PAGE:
“When you are working with participants who are enthusiastic about design – and who can see the real potential for change it offers – you want to deliver the best possible outcome and create some value in return. Our students had the chance to do this when they ran their first co-design workshop, ‘Designing your volunteer experience’ last month. Created in partnership with tsiMORAY for the organisations’s conference for the third sector, Join the Dots, the workshop was attended by more than 20 people. Delivering a participatory workshop is an exciting and immersive experience and our students were delighted that it went so well.

Scenario tool

One of the scenario tools created by the MDES students for the workshop. Image credit: Leigh-Anne Hepburn

“Every rich story and anecdote gathered during field research offers new insight and it’s tempting to keep listening instead of moving towards designing solutions. This is especially true of the fast-paced 12 week project that the students have embarked on. However, after this intense period of research, our students have begun to identify the key insights and are designing some exciting final concepts.

“In the middle of all this, we travelled to Glasgow to join the wider MDES student and staff cohort for interim reviews. These presentations give students an opportunity to share the journey of their project and emerging design concepts, receiving some essential critical feedback and peer review in return.

“And in addition to the studio project, the students have also begun working on their specialisms, with expert input from teaching staff across GSA. It’s a real team effort.”

Recruitment is ongoing for our MDES programmes starting in September 2017 in Forres and Glasgow – and there are funded places available. Click here to find out more on the GSA’s website.

Also, the GSA and Digital Health & Care Institute are offering a limited number of funded places on the Master of Research programme to students exploring health-related topics. Find out more on the GSA’s website.

MDES students conference workshop

MDES students who led the workshop at the tsiMoray conference. Image credit: Leigh-Anne Hepburn

*Featured image by Paul Campbell


Helping you keep well at work


Take part in an Experience Lab

We  are offering a second chance to take part in an Experience Labs project about wellbeing in the workplace.

The Glimpse project investigates ways for people can improve their health through gentle exercise carried out at work.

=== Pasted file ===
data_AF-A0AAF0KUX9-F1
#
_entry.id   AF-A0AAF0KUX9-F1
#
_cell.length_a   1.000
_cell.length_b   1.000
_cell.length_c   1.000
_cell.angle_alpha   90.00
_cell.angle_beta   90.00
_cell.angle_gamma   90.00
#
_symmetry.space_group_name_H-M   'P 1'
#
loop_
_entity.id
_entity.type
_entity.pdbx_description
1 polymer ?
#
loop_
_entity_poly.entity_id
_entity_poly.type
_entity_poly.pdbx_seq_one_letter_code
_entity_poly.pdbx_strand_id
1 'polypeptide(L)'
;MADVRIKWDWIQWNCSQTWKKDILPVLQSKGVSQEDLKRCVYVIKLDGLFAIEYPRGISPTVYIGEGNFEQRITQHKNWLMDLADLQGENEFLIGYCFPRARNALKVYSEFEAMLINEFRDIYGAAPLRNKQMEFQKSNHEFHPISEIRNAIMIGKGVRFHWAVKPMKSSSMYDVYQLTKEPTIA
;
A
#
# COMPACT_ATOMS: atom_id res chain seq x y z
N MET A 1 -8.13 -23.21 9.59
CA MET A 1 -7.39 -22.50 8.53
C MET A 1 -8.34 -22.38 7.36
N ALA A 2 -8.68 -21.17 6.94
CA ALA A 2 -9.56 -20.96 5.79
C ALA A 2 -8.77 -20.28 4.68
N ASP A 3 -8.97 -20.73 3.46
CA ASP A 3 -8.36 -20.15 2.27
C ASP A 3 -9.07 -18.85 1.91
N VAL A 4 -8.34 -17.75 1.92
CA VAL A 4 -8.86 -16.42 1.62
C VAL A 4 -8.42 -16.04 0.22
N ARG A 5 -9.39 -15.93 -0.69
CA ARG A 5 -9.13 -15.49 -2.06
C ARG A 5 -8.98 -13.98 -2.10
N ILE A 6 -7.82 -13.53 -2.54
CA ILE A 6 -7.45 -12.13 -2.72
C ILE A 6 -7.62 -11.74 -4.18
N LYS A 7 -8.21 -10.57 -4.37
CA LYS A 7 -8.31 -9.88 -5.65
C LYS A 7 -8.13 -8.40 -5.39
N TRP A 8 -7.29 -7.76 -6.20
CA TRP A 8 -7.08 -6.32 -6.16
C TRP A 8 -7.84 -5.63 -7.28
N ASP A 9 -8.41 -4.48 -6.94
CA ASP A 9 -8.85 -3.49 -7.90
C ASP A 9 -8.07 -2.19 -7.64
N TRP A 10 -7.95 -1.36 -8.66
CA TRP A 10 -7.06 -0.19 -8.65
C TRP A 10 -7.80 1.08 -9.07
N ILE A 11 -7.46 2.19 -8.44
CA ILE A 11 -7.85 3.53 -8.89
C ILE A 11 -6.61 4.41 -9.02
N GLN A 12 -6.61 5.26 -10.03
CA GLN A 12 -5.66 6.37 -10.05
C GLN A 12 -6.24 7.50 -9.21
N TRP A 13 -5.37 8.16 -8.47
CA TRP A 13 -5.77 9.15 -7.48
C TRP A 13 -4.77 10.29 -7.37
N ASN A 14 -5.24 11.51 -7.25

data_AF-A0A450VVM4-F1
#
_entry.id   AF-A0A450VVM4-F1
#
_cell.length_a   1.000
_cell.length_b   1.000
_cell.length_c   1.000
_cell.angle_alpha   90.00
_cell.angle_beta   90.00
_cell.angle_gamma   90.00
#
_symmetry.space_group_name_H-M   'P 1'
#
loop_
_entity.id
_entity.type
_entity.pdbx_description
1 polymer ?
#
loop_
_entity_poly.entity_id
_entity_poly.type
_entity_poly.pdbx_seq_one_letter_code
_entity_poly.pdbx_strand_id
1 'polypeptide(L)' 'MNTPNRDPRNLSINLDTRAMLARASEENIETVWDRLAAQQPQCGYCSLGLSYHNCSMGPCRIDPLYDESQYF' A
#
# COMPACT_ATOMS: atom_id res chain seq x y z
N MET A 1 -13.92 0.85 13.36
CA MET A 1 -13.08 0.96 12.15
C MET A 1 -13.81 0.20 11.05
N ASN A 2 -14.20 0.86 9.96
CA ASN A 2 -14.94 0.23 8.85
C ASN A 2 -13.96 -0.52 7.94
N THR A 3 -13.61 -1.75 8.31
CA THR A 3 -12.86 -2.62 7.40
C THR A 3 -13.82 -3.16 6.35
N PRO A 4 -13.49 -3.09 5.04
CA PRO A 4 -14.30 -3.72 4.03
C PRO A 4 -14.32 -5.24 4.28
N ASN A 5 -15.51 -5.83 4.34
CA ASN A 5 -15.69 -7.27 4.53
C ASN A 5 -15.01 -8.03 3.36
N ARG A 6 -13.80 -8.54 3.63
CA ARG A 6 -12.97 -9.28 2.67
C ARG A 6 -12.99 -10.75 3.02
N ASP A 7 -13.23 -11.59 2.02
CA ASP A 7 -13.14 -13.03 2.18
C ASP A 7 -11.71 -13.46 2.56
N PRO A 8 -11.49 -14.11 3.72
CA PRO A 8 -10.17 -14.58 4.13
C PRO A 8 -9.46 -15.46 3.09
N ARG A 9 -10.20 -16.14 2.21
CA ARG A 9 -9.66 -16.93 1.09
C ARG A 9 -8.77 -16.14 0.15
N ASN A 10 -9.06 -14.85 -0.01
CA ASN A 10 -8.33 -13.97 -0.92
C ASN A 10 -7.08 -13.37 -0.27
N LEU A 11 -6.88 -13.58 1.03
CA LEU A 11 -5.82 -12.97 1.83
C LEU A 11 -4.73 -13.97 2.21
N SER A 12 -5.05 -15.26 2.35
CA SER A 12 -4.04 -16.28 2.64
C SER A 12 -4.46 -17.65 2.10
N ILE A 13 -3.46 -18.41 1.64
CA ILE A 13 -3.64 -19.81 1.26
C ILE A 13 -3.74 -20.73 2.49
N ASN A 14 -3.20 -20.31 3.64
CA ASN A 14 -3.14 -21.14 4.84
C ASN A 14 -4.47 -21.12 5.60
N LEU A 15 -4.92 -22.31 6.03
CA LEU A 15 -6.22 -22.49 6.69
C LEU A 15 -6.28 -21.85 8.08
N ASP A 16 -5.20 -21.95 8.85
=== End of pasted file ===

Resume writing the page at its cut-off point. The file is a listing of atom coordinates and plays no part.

Taking part in a lab is a great way to help GSA researchers explore a health related challenge that can help people in the future. It also gives you the opportunity to meet our team and find out more about our work.

The Experience Labs are part of the Digital Health & Care Institute, one of Scotland’s Innovation Centres, funded by the Scottish Funding Council.

Lego desk

The team has organised a special collaborative design workshop in Glasgow on Tuesday 28 March, which is open to people with experience of desk-based working. This is the second workshop of the project after a successful session last month.

The partner on the project is Justin Eade, of Glimpse Ltd. Justin is a Workplace Wellbeing Consultant with more than 20 years experience. He hopes that the research will develop ideas for a digital application to counter the effects of sedentary work.

Dr Jay Bradley and Dr Michael Johnson explain more about what the session involves:

“At the first workshop, the participants explored the key issues around wellbeing and exercise within the workplace; the opportunities that exist for exercising at work and the activities they could incorporate into their working day. We now have an understanding of how people might feel about movement for wellbeing in the workplace and what exercises and situations would be preferable for challenging sedentary behaviour.

Dr Jay Bradley speaking at a lab

Dr Jay Bradley leads an Experience Lab. Image credit: Louise Mather

“The second workshop will build on the outcomes of the first. Participants will take part in co-designed prototype development. We will explore ways for people to learn and sustain movement exercises and routines at work.

“All information provided will remain confidential.”

The lab will take place at House for an Art Lover, Bellahouston Park, Glasgow, on Tuesday March 28, from 11am-3pm.

Refreshments and lunch will be provided and reasonable travel expenses will also be paid.

To take part or to for more information, contact Dr Jay Bradley, [email protected] or Dr Michael Johnson, [email protected]